nachricht Etching Microstructures with Lasers
25.10.2016 | Fraunhofer-Institut für Lasertechnik ILT

nachricht Applying electron beams to 3-D objects
23.09.2016 | Fraunhofer-Institut für Organische Elektronik, Elektronenstrahl- und Plasmatechnik FEP

All articles from Process Engineering >>>

The most recent press releases about innovation >>>

Die letzten 5 Focus-News des innovations-reports im Überblick:

Im Focus: Traffic jam in empty space

New success for Konstanz physicists in studying the quantum vacuum

An important step towards a completely new experimental access to quantum physics has been made at University of Konstanz. The team of scientists headed by...

Im Focus: How gut bacteria can make us ill

HZI researchers decipher infection mechanisms of Yersinia and immune responses of the host

Yersiniae cause severe intestinal infections. Studies using Yersinia pseudotuberculosis as a model organism aim to elucidate the infection mechanisms of these...

Im Focus: Interfacial Superconductivity: Magnetic and superconducting order revealed simultaneously

Researchers from the University of Hamburg in Germany, in collaboration with colleagues from the University of Aarhus in Denmark, have synthesized a new superconducting material by growing a few layers of an antiferromagnetic transition-metal chalcogenide on a bismuth-based topological insulator, both being non-superconducting materials.

While superconductivity and magnetism are generally believed to be mutually exclusive, surprisingly, in this new material, superconducting correlations...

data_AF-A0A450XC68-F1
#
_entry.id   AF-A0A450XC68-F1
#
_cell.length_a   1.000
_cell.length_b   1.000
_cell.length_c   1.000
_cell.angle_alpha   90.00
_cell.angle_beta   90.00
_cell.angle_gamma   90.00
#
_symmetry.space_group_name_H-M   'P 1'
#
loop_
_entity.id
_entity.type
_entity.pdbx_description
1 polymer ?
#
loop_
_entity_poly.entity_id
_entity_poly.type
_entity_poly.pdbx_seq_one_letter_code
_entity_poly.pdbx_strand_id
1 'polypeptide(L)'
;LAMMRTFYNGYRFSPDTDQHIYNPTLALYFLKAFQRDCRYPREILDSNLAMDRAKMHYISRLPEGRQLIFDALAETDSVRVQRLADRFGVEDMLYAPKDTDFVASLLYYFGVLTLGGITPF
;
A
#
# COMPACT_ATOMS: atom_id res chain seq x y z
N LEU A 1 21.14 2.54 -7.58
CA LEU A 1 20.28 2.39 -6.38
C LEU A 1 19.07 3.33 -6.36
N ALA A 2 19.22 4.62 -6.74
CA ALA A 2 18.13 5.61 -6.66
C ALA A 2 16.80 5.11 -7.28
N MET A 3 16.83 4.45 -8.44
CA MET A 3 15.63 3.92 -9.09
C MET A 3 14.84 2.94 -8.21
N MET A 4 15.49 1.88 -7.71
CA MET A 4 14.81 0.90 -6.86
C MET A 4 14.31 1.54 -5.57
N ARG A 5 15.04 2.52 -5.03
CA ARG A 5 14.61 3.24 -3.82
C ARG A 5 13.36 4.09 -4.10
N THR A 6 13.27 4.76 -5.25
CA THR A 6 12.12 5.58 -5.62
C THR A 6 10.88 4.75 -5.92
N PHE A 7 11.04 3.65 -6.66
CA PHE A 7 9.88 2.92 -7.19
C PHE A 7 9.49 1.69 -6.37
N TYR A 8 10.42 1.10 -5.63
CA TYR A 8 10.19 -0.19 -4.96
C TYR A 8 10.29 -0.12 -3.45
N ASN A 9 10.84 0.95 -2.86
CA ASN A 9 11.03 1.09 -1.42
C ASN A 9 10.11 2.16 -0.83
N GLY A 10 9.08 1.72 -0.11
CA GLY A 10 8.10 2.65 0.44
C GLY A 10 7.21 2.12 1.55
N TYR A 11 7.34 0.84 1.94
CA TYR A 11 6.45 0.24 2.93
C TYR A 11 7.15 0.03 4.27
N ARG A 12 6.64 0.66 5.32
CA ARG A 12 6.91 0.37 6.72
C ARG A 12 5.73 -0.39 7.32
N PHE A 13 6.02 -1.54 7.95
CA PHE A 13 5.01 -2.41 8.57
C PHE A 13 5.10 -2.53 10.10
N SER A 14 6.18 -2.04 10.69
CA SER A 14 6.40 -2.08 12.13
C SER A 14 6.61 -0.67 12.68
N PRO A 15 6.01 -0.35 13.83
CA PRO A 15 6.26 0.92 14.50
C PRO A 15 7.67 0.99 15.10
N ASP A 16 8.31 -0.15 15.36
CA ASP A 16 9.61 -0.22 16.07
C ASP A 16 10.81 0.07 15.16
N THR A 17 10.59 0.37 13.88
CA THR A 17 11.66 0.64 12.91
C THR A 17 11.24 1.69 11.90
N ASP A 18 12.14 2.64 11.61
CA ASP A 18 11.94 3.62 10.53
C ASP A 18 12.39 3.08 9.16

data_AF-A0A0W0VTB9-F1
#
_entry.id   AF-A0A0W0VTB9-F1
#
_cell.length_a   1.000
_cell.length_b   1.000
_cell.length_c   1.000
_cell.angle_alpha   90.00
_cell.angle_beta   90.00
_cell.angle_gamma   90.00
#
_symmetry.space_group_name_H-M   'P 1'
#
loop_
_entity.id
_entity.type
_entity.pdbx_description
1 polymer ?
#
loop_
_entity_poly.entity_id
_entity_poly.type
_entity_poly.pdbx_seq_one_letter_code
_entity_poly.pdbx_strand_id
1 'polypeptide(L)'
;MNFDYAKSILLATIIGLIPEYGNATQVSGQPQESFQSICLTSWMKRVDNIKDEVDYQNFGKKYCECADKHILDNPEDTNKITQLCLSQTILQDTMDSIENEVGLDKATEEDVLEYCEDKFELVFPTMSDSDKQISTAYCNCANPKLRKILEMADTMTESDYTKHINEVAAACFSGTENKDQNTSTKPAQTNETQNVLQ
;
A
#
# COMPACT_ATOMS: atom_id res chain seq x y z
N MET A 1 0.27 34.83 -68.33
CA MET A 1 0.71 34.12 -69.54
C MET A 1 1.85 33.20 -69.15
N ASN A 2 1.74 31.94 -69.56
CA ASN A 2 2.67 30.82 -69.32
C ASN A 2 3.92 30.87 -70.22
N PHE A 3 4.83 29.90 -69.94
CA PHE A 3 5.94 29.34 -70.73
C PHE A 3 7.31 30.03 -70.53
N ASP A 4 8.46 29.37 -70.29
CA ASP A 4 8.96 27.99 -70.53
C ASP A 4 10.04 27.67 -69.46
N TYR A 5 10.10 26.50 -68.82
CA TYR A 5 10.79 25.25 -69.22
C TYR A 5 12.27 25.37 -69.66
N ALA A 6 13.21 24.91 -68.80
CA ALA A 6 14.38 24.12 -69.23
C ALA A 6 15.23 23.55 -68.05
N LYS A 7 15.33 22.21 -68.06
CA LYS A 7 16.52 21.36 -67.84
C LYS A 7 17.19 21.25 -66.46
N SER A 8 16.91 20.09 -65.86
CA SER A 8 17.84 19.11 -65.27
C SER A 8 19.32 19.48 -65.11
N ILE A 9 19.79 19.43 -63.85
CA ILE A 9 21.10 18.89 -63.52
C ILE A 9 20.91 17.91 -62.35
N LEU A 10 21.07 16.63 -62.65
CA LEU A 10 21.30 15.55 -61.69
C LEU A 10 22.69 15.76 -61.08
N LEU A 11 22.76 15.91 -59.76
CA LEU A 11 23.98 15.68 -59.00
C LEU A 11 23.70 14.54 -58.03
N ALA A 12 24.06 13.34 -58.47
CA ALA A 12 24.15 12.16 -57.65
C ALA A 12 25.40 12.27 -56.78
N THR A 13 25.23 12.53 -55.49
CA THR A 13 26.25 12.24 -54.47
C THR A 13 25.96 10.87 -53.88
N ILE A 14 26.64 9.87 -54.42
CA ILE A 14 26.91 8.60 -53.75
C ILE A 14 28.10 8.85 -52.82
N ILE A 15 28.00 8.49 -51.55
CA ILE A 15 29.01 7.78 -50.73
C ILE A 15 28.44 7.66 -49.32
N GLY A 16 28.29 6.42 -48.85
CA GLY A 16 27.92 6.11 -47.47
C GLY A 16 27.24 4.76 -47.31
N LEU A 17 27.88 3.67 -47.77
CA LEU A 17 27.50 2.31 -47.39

Im Focus: Studying fundamental particles in materials

Laser-driving of semimetals allows creating novel quasiparticle states within condensed matter systems and switching between different states on ultrafast time scales

Studying properties of fundamental particles in condensed matter systems is a promising approach to quantum field theory. Quasiparticles offer the opportunity...

Im Focus: Designing Architecture with Solar Building Envelopes

Among the general public, solar thermal energy is currently associated with dark blue, rectangular collectors on building roofs. Technologies are needed for aesthetically high quality architecture which offer the architect more room for manoeuvre when it comes to low- and plus-energy buildings. With the “ArKol” project, researchers at Fraunhofer ISE together with partners are currently developing two façade collectors for solar thermal energy generation, which permit a high degree of design flexibility: a strip collector for opaque façade sections and a solar thermal blind for transparent sections. The current state of the two developments will be presented at the BAU 2017 trade fair.

As part of the “ArKol – development of architecturally highly integrated façade collectors with heat pipes” project, Fraunhofer ISE together with its partners...

All Focus news of the innovation-report >>>

Anzeige

Anzeige

Event News

Sustainable Water use in Agriculture in Eastern Europe and Central Asia

19.01.2017 | Event News

12V, 48V, high-voltage – trends in E/E automotive architecture

10.01.2017 | Event News

2nd Conference on Non-Textual Information on 10 and 11 May 2017 in Hannover

09.01.2017 | Event News

 
Latest News

Helmholtz International Fellow Award for Sarah Amalia Teichmann

20.01.2017 | Awards Funding

An innovative high-performance material: biofibers made from green lacewing silk

20.01.2017 | Materials Sciences

Ion treatments for cardiac arrhythmia — Non-invasive alternative to catheter-based surgery

20.01.2017 | Life Sciences

VideoLinks
B2B-VideoLinks
More VideoLinks >>>